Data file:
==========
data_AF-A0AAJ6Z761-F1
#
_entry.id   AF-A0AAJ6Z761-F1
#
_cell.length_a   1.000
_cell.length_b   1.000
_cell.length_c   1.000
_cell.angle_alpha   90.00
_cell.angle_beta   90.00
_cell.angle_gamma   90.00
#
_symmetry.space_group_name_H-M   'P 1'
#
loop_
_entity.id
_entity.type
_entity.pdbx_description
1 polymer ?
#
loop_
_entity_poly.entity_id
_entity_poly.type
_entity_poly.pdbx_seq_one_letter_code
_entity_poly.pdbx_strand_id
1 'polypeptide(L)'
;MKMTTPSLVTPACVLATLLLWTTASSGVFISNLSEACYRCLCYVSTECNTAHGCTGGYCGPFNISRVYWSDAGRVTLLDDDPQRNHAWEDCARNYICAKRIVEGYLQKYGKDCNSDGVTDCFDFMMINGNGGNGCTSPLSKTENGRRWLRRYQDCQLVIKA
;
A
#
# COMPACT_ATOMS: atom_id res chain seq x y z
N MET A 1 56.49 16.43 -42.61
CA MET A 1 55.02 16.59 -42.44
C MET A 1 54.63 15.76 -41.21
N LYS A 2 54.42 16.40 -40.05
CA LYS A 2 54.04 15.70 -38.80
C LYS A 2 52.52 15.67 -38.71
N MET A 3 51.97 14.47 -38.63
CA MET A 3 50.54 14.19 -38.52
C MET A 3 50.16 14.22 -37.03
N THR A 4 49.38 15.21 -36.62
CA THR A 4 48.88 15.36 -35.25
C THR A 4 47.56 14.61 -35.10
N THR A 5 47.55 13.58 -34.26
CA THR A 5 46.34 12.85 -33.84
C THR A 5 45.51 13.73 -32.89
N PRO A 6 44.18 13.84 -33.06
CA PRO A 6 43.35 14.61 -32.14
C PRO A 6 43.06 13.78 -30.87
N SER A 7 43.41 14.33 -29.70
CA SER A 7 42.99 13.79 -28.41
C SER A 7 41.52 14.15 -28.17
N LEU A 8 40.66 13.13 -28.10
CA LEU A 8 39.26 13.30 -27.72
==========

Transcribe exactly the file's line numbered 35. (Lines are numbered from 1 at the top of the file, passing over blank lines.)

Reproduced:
CA LYS A 2 54.04 15.70 -38.80